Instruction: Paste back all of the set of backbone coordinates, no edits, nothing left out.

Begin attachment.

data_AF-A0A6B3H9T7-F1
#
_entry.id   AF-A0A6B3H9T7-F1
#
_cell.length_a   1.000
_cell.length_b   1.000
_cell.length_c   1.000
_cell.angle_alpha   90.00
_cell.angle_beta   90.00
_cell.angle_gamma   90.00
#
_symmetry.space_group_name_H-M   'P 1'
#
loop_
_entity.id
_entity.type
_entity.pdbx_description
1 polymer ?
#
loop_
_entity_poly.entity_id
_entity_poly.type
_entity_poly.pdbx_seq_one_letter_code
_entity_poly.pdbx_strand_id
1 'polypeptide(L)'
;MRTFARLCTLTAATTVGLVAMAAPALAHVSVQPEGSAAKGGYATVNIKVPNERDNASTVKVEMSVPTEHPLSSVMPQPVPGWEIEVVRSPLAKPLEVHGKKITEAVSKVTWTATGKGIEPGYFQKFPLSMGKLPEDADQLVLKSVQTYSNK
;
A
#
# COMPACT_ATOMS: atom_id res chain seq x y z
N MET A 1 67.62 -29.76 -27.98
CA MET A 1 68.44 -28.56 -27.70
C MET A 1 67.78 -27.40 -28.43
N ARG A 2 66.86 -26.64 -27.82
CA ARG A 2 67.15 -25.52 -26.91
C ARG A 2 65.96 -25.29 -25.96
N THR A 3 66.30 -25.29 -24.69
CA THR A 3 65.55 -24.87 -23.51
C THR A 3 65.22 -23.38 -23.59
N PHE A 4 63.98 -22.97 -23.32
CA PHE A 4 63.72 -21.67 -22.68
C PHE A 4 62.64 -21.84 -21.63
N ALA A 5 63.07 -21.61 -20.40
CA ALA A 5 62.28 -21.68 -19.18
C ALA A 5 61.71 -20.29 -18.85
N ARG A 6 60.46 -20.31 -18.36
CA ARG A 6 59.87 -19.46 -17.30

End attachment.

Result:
data_AF-A0A6B3H9T7-F1
#
_entry.id   AF-A0A6B3H9T7-F1
#
_cell.length_a   1.000
_cell.length_b   1.000
_cell.length_c   1.000
_cell.angle_alpha   90.00
_cell.angle_beta   90.00
_cell.angle_gamma   90.00
#
_symmetry.space_group_name_H-M   'P 1'
#
loop_
_entity.id
_entity.type
_entity.pdbx_description
1 polymer ?
#
loop_
_entity_poly.entity_id
_entity_poly.type
_entity_poly.pdbx_seq_one_letter_code
_entity_poly.pdbx_strand_id
1 'polypeptide(L)'
;MRTFARLCTLTAATTVGLVAMAAPALAHVSVQPEGSAAKGGYATVNIKVPNERDNASTVKVEMSVPTEHPLSSVMPQPVPGWEIEVVRSPLAKPLEVHGKKITEAVSKVTWTATGKGIEPGYFQKFPLSMGKLPEDADQLVLKSVQTYSNK
;
A
#
# COMPACT_ATOMS: atom_id res chain seq x y z
N MET A 1 67.62 -29.76 -27.98
CA MET A 1 68.44 -28.56 -27.70
C MET A 1 67.78 -27.40 -28.43
N ARG A 2 66.86 -26.64 -27.82
CA ARG A 2 67.15 -25.52 -26.91
C ARG A 2 65.96 -25.29 -25.96
N THR A 3 66.30 -25.29 -24.69
CA THR A 3 65.55 -24.87 -23.51
C THR A 3 65.22 -23.38 -23.59
N PHE A 4 63.98 -22.97 -23.32
CA PHE A 4 63.72 -21.67 -22.68
C PHE A 4 62.64 -21.84 -21.63
N ALA A 5 63.07 -21.61 -20.40
CA ALA A 5 62.28 -21.68 -19.18
C ALA A 5 61.71 -20.29 -18.85
N ARG A 6 60.46 -20.31 -18.36
CA ARG A 6 59.87 -19.46 -17.30